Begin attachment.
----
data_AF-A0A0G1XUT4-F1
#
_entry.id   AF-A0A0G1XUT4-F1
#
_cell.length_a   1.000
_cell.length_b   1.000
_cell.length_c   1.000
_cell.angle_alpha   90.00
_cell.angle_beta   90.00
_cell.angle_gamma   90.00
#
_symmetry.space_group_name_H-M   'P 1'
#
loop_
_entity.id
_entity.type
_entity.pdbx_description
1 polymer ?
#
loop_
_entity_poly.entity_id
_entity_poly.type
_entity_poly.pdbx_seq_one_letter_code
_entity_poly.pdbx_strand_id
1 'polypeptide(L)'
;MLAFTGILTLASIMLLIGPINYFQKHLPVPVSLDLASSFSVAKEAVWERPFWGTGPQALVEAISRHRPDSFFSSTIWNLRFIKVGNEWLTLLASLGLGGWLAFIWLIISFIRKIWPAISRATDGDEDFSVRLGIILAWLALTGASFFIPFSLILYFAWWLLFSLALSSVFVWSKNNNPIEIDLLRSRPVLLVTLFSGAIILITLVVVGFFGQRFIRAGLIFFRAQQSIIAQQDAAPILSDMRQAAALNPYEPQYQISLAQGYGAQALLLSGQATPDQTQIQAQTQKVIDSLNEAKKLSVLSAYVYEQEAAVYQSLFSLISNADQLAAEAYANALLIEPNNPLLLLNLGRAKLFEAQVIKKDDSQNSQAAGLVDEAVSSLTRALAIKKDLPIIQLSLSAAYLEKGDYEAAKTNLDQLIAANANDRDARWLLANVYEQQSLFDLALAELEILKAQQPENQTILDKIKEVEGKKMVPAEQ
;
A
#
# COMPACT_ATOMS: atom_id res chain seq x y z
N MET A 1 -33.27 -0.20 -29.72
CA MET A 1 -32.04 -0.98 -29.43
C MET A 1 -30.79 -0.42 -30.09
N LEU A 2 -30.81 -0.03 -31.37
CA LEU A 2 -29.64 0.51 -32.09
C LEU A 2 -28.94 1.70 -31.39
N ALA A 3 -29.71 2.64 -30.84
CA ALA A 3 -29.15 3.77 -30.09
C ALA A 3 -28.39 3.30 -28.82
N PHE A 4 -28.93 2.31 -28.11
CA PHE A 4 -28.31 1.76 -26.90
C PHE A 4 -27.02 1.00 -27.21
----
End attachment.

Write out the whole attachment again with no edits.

data_AF-A0A0G1XUT4-F1
#
_entry.id   AF-A0A0G1XUT4-F1
#
_cell.length_a   1.000
_cell.length_b   1.000
_cell.length_c   1.000
_cell.angle_alpha   90.00
_cell.angle_beta   90.00
_cell.angle_gamma   90.00
#
_symmetry.space_group_name_H-M   'P 1'
#
loop_
_entity.id
_entity.type
_entity.pdbx_description
1 polymer ?
#
loop_
_entity_poly.entity_id
_entity_poly.type
_entity_poly.pdbx_seq_one_letter_code
_entity_poly.pdbx_strand_id
1 'polypeptide(L)'
;MLAFTGILTLASIMLLIGPINYFQKHLPVPVSLDLASSFSVAKEAVWERPFWGTGPQALVEAISRHRPDSFFSSTIWNLRFIKVGNEWLTLLASLGLGGWLAFIWLIISFIRKIWPAISRATDGDEDFSVRLGIILAWLALTGASFFIPFSLILYFAWWLLFSLALSSVFVWSKNNNPIEIDLLRSRPVLLVTLFSGAIILITLVVVGFFGQRFIRAGLIFFRAQQSIIAQQDAAPILSDMRQAAALNPYEPQYQISLAQGYGAQALLLSGQATPDQTQIQAQTQKVIDSLNEAKKLSVLSAYVYEQEAAVYQSLFSLISNADQLAAEAYANALLIEPNNPLLLLNLGRAKLFEAQVIKKDDSQNSQAAGLVDEAVSSLTRALAIKKDLPIIQLSLSAAYLEKGDYEAAKTNLDQLIAANANDRDARWLLANVYEQQSLFDLALAELEILKAQQPENQTILDKIKEVEGKKMVPAEQ
;
A
#
# COMPACT_ATOMS: atom_id res chain seq x y z
N MET A 1 -33.27 -0.20 -29.72
CA MET A 1 -32.04 -0.98 -29.43
C MET A 1 -30.79 -0.42 -30.09
N LEU A 2 -30.81 -0.03 -31.37
CA LEU A 2 -29.64 0.51 -32.09
C LEU A 2 -28.94 1.70 -31.39
N ALA A 3 -29.71 2.64 -30.84
CA ALA A 3 -29.15 3.77 -30.09
C ALA A 3 -28.39 3.30 -28.82
N PHE A 4 -28.93 2.31 -28.11
CA PHE A 4 -28.31 1.76 -26.90
C PHE A 4 -27.02 1.00 -27.21